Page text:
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Latentbot – the Advanced Backdoor with Stealthy Capabilities

malicious-threat-sensorstechforumSecurity experts will definitely stumble upon more and more backdoors and botnets, as we are witnessing an increased infection rate of ransomware and APTs (advanced persistent threats).

Interestingly enough, newly detected backdoors and botnets may not be new at all. Why? Such threats can go undetected for months and even years. If a threat is discovered in 2015, it doesn’t necessarily mean that the threat was recently created.

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One of the latest uncovered backdoors has proven to be quite stealthy. Dubbed Latentbot, the persistent threat has been around at least since 2013. Researchers at FireEye recently revealed that Latentbot has been affecting victims in the United States, United Kingdom, Canada, Brazil, Peru, Poland, Singapore, South Korea, United Arab Emirates.
Its victims are primarily in the financial and insurance sectors. However, other sectors have been compromised as well.

Latentbot Backdoor Capabilities

The distribution techniques employed by the malware dropper may not be innovative but the payload of the attack (Latentbot) has definitely caught researchers’ attention. Not only does it implement several layers of obfuscation but it also has a unique exfiltration mechanism.

These are the capabilities of Latentbot, summarized by the FireEye research team:

1. Multiple layers of obfuscation
2. Decrypted strings in memory are removed after being used
3. Hiding applications in a different desktop
4. MBR wiping ability
5. Ransomlock similarities such as being able to lock the desktop
6. Hidden VNC Connection
7. Modular design, allowing easy updates on victim machines
8. Stealth: Callback Traffic, APIs, Registry keys and any other indicators are decrypted dynamically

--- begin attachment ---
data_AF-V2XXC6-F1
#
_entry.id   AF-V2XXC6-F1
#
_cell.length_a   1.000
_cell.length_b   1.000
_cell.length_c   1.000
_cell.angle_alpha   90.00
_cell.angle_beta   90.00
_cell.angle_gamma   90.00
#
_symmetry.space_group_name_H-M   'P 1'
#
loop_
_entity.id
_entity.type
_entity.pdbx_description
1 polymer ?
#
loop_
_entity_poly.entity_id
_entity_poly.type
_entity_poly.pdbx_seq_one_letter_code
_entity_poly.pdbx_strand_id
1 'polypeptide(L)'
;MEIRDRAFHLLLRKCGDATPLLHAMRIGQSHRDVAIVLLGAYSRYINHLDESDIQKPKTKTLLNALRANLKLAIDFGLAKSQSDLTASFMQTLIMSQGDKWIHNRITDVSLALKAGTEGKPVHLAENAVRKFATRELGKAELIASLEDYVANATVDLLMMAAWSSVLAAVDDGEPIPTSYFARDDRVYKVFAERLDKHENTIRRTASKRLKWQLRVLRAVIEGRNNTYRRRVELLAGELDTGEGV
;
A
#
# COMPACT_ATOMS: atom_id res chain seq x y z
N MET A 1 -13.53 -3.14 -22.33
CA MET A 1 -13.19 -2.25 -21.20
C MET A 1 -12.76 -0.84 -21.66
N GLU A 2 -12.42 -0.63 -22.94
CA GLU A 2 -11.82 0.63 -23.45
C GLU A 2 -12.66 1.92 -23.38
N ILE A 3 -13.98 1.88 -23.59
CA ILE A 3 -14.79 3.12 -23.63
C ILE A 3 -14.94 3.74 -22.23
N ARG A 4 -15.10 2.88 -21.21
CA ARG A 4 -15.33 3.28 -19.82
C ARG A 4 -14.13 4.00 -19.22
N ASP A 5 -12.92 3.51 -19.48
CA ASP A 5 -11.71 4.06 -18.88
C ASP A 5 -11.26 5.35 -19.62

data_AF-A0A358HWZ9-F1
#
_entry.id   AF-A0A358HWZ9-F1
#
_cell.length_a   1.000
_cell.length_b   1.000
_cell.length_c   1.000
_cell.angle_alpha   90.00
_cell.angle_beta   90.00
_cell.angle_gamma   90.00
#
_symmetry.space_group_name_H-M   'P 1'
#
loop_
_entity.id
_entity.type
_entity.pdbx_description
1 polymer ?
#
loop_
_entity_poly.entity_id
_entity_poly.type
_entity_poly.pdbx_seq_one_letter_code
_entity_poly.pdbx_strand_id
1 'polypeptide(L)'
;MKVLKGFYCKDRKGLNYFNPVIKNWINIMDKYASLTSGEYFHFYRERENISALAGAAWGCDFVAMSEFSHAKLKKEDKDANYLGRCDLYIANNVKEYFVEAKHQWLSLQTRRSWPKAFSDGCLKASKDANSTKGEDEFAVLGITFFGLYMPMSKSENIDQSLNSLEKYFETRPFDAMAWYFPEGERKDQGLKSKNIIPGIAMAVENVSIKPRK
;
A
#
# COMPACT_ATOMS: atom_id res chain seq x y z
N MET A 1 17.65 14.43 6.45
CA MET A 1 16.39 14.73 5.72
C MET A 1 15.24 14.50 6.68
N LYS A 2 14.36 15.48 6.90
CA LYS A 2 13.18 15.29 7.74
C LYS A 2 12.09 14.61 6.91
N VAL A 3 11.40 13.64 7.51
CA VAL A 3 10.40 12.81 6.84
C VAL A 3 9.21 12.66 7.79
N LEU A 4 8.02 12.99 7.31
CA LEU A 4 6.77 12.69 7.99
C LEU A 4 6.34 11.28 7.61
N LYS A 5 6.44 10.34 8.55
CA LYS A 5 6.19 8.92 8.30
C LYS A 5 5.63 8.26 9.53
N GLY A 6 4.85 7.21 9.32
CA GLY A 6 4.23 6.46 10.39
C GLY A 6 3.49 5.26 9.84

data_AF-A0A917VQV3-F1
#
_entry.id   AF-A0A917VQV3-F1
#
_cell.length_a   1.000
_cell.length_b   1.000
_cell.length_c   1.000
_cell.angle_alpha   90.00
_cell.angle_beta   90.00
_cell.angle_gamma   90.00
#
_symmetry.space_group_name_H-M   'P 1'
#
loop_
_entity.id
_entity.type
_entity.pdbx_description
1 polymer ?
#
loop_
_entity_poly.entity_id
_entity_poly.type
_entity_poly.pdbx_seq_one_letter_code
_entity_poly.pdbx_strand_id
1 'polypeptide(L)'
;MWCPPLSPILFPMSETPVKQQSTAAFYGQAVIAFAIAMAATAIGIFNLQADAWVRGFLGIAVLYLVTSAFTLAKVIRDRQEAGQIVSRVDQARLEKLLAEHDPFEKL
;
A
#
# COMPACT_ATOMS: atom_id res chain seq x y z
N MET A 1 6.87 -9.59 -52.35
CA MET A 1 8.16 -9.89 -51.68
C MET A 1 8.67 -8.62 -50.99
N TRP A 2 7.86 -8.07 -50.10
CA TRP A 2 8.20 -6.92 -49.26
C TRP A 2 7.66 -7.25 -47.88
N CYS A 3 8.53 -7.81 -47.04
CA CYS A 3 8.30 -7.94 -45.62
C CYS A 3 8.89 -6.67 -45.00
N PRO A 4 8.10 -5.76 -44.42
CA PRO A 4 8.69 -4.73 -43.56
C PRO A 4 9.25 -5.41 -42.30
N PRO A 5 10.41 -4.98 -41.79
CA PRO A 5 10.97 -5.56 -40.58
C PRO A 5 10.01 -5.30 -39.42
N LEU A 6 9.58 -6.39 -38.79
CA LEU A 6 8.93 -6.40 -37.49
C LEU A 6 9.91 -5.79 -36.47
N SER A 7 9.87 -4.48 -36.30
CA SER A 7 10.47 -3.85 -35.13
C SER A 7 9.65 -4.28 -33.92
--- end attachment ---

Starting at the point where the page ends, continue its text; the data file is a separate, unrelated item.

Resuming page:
9. Drops Pony malware as a module to act as infostealer

Latentbot Payload, Purpose of Attacks

Besides being stealthy, Latentbot is designed to keep its malicious code in the memory of the machine for as long as it is needed. Then, the code will be deleted. As researchers point out, most of the encoded data is located either in the program resources or in the registry. Also, a specific, custom made encryption algorithm is shared across the various components. The command and control communications are also encrypted. Because of this, Latentbot’s family binaries are detected with a generic name, e.g. Trojan.Generic.

Here is a list of some of its detections by AV vendors:

  • Trojan.Win32.Generic!BT
  • Trojan.GenericKD.2778570
  • Trojan.Generic.D2A65CA
  • Trojan.Generic.D2A65CA
  • UnclassifiedMalware
  • Trojan.MSIL.Crypt
  • Backdoor/Androm.tzz

Latentbot’s Infection Process

The attack is triggered by opening a spam email containing malicious attachments. Once such an attachment is executed, the computer will be infected with a malware downloader that will drop the LuminosityLink RAT (Remote Access Trojan). Once the RAT determines if the particular machine meets the requirements (e.g. if PC is on Windows Vista, it won’t be attacked), the payload of the operation a.k.a. Latentbot is dropped. As a whole, the installation process of Latentbot is sophisticated, going through six different stages. The main purpose is to conceal its activities and bypass reverse engineering.

Does Latentbot perform targeted attacks?
According to researchers, the stealthy backdoor is not targeted, at least not in the industries it has affected. However, it is selective when it comes to the types of Windows system to attack. Latentbot won’t run on Windows Vista or Server 2008, and it uses compromised websites for its command and control infrastructure. Thus, the infection process becomes easier, and the detection more difficult.

Latentbot for a Reason

Latentbot is indeed latent – it has been designed for silent malicious activities. Its several layers of obfuscation and the fact that it can remove the data from the computer’s memory once it is not needed make it quite dangerous and stealthy. Furthermore, Latentbot can also act as a ransomware by locking the victim’s desktop and dropping the Pony malware on the victim’s MBR (Master Boot Record).

To make Latentbot even more fearful, it was designed via a modular infrastructure making it capable to upgrade itself with new features when such are needed.

In conclusion, FireEye researchers say that Latentbot is ‘noisy enough’ to be detected in memory with the help of an advanced solution.

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Milena Dimitrova

An inspired writer and content manager who has been with SensorsTechForum for 4 years. Enjoys ‘Mr. Robot’ and fears ‘1984’. Focused on user privacy and malware development, she strongly believes in a world where cybersecurity plays a central role. If common sense makes no sense, she will be there to take notes. Those notes may later turn into articles!

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